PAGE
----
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St. Louis Regional history comes alive in this joint production by KDHX and the Missouri Historical Society. Stories of our past are connected with the present in these well researched and entertaining short presentations about the people, places, and events that have shaped who we are and who we are becoming. 

Aug 21, 2023

In the St. Louis region, the name Soulard is instantly recognized as a neighborhood where, among other things, Mardi Gras is held. Names of neighborhoods usually come from somewhere, though In this case, the neighborhood is named after a person who was a great surveyor and map maker, who helped organize the city, and his wife who donated the land where the namesake, famous, market still thrives to this day. Just press play to hear the whole story. ———

Click on search links to see if there are episodes with related content: Andrew Wanko, Business, Landmarks, Women's History, People of Note, ———

Podcast Transcript: I’m Andrew Wanko, Public Historian of the Missouri Historical Society, and here’s history, on 88.1 KDHX. ———

With its mix of customs, cultures, and even languages, the bustling town of Colonial St. Louis had trouble keeping its property records straight for its first few decades of existence. The person who finally sorted things out is a name any St. Louisan of today will instantly recognize. ———

In 1795, French native Antoine Soulard became the first official surveyor general of Upper Louisiana. The territory stretched from present-day Arkansas to Montana, and in his first year on the job, Soulard would map its 800,000 square miles more accurately than anyone had before. His map was so good, American explorers Lewis & Clark would take along with them on their journey to the Pacific nearly a decade later. But in addition to mapping these vast spaces, Antoine Soulard equally put his talents into mapping the edges and boundaries of the town of St. Louis. ———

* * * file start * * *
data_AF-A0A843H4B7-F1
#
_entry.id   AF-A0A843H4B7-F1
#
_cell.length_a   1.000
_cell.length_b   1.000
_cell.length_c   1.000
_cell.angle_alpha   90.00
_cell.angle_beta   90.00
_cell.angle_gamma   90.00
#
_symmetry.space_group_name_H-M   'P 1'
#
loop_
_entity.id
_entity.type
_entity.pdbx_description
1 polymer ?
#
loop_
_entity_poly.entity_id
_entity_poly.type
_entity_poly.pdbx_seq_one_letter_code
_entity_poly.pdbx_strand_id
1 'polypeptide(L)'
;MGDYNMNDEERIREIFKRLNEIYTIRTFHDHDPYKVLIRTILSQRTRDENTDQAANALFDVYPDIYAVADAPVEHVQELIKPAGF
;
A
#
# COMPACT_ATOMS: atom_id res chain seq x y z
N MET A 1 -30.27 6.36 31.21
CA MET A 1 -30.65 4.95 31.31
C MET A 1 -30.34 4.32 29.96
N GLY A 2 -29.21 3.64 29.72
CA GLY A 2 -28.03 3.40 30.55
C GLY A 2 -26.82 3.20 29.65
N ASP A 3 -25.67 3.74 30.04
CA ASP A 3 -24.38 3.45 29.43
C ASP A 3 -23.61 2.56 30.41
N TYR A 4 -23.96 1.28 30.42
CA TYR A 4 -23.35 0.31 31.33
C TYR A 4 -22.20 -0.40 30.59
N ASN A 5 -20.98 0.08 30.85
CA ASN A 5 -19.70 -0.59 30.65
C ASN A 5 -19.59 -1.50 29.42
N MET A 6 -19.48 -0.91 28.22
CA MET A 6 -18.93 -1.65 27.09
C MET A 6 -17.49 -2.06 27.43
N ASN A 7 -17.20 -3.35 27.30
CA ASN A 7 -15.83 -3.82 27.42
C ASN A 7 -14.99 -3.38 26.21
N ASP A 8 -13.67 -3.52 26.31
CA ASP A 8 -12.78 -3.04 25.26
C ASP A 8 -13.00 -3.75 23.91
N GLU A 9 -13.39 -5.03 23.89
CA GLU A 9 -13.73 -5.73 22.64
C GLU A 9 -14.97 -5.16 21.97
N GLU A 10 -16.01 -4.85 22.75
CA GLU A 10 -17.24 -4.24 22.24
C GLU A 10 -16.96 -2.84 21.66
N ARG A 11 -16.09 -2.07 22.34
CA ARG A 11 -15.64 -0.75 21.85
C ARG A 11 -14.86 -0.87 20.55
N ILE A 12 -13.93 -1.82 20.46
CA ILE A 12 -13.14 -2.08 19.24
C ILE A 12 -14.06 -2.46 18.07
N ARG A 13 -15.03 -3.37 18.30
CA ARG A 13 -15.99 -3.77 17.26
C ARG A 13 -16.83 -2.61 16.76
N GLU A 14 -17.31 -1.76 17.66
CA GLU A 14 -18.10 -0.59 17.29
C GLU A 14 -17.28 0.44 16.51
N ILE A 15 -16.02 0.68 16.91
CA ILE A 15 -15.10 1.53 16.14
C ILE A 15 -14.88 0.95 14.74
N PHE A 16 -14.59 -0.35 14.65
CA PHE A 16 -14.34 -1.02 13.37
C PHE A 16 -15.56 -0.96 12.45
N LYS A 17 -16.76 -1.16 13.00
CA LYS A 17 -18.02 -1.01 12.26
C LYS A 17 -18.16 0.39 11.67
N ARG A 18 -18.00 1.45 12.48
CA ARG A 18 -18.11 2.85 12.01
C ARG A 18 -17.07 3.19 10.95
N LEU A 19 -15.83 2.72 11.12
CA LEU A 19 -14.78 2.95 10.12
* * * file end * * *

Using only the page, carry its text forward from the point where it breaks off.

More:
After thirty years of real estate deals based on handshakes and verbal agreements, property owners in colonial St. Louis often had misunderstandings about where their land ended and their neighbor’s began. Using prominent landmarks and geographic features to set official property boundaries, Antoine Soulard mapped out St. Louis’s world through more than 710 land surveys he completed before retiring in 1806. As St. Louis grew outwards, many of the edge lines that Soulard laid out guided the placement of the streets we drive along today.  ———

While St. Louis has changed drastically from the small town that Antoine Soulard knew, the neighborhood, street, and market named Soulard all connect us to him and his wife Julia across two centuries of history. When the two married, they were given a large tract of undeveloped land just south of St. Louis as a wedding present. Antoine Soulard died in 1825, but Julia continued living on the land for another 20 years. In the 1830s she began selling off portions of the Soulard estate to be subdivided into new city blocks. In 1842, she gifted St. Louis a large piece of her land for use as the public market that still bears her name today. ———

Here’s history is a joint production of the Missouri History Museum and KDHX.  I’m Andrew Wanko and this is 88.1 KDHX St. Louis. ———